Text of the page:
Pupillary constriction induced by μ-agonists can be a useful diagnostic sign indicating some ongoing opioid effect. Opioids stimulate the Edinger-Westphal nucleus of the oculomotor nerve to produce miosis. Even small doses of opioid elicit this response and very little tolerance to the effect develops. Thus, miosis is a useful, albeit nonspecific indicator of opioid exposure even in opioid-tolerant patients. Opioid-induced pupillary constriction is naloxone reversible.
Opioids have important effects on gastrointestinal physiology. Opioid receptors are located throughout the enteric plexus of the bowel. Stimulation of these receptors by opioids causes tonic contraction of gastrointestinal smooth muscle, thereby decreasing coordinated, peristaltic contractions. Clinically, this contraction results in delayed gastric emptying and presumably larger gastric volumes in patients receiving opioid therapy preoperatively. Postoperatively, patients can develop opioid-induced ileus that can potentially delay the resumption of proper nutrition and discharge from the hospital. An extension of this acute problem is the chronic constipation associated with long-term opioid therapy.
Similar effects are observed in the biliary system, which also has an abundance of μ-receptors. μ-Agonists can produce contraction of the gallbladder smooth muscle and spasm of the sphincter of Oddi, potentially causing a falsely positive cholangiogram during gallbladder and bile duct surgery. These effects are completely naloxone reversible and can be partially reversed by glucagon treatment.
Although the urologic effects are minimal, opioids can sometimes cause urinary retention by decreasing bladder detrusor tone and by increasing the tone of the urinary sphincter. These effects are in part centrally mediated, although peripheral effects are also likely given the widespread presence of opioid receptors in the genitourinary tract. Although the urinary retention associated with opioid therapy is not typically pronounced, it can be troublesome in males, particularly when the opioid is administered intrathecally or epidurally.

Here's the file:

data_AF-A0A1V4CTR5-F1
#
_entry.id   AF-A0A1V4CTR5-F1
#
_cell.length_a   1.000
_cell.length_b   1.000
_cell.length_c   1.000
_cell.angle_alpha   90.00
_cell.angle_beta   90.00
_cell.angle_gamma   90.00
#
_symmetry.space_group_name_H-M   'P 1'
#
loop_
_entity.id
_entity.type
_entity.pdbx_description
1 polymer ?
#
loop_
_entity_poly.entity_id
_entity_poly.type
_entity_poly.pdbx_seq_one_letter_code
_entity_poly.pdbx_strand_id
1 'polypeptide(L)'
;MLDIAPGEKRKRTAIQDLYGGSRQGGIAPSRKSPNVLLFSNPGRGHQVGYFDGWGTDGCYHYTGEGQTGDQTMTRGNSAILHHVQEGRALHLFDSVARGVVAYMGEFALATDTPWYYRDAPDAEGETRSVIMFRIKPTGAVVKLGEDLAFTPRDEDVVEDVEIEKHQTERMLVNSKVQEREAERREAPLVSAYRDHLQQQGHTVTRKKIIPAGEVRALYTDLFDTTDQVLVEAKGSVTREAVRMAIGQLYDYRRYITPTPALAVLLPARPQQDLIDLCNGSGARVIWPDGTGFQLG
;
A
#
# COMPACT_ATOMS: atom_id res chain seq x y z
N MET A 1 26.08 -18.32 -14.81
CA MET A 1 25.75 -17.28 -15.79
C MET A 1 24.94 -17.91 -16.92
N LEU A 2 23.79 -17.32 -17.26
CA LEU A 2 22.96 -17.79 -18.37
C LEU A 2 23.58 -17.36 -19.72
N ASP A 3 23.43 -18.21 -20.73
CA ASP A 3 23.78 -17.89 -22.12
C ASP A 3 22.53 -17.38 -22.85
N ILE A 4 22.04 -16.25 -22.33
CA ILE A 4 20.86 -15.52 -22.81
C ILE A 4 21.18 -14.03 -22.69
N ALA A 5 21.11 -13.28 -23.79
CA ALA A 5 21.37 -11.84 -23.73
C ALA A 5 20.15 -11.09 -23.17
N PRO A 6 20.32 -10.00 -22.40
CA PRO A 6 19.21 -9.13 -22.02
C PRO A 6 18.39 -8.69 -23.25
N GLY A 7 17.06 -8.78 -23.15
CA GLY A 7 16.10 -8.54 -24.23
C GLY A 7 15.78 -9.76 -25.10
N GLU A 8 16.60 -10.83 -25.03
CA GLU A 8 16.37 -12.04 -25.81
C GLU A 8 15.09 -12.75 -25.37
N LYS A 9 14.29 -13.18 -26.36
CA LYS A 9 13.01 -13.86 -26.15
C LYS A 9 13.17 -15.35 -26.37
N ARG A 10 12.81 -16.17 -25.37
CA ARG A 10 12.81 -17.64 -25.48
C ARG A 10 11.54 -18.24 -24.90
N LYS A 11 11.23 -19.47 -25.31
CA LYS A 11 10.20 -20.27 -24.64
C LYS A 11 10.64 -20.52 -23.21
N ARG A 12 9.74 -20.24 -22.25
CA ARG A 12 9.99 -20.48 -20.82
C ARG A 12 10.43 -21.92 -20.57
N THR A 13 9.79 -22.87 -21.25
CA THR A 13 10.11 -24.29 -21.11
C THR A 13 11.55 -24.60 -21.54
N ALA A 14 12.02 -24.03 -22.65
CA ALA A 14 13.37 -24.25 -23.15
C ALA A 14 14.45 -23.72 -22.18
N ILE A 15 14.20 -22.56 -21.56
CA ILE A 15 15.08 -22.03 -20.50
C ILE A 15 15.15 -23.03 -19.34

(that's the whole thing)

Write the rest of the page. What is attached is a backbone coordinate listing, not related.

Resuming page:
Opioids depress cellular immunity. Morphine and the endogenous opioid β-endorphin, for example, inhibit the transcription of interleukin 2 in activated T cells, among other immunologic effects. Individual opioids (and perhaps classes of opioids) may differ in terms of the exact nature and extent of their immunomodulatory effects. Although opioid-induced impairment of cellular immunity is not well understood, impaired wound healing, perioperative infections, and cancer recurrence are possible adverse outcomes.
Drug interactions can be based on two mechanisms: pharmacokinetic (i.e., when one drug influences the concentration of the other) or pharmacodynamic (i.e., when one drug influences the effect of the other). In anesthesia practice, although unintended pharmacokinetic interactions sometimes occur, pharmacodynamic interactions occur with virtually every anesthetic and are often produced by design.
The most common pharmacokinetic interaction in opioid clinical pharmacology is observed when intravenous opioids are combined with propofol. Perhaps because of the hemodynamic changes induced by propofol and their impact on pharmacokinetic processes, opioid concentrations may be larger when given in combination with a continuous propofol infusion.
The most important pharmacodynamic drug interaction involving opioids is the synergistic interaction that occurs when opioids are combined with sedatives. When combined with volatile anesthetics, opioids reduce the minimum alveolar concentration (MAC) of a volatile anesthetic ( Fig. 9.6 ). Careful examination of “opioid-MAC reduction” data reveals several clinically critical concepts (see Fig. 9.6 ). First, opioids synergistically reduce MAC. Second, the MAC reduction is substantial (as much as 75% or more). Third, most of the MAC reduction occurs at moderate opioid levels (i.e., even modest opioid doses substantially reduce MAC). Fourth, reduction of MAC is not complete (i.e., opioids are not complete anesthetics). The addition of the opioid cannot completely eliminate the need for the other anesthetic. And fifth, there are an infinite number of hypnotic-opioid combinations that will achieve MAC (this implies that clinicians must choose the optimal combination based on the goals of the anesthetic and operation). All of these concepts also apply when opioids are used in combination with propofol for TIVA.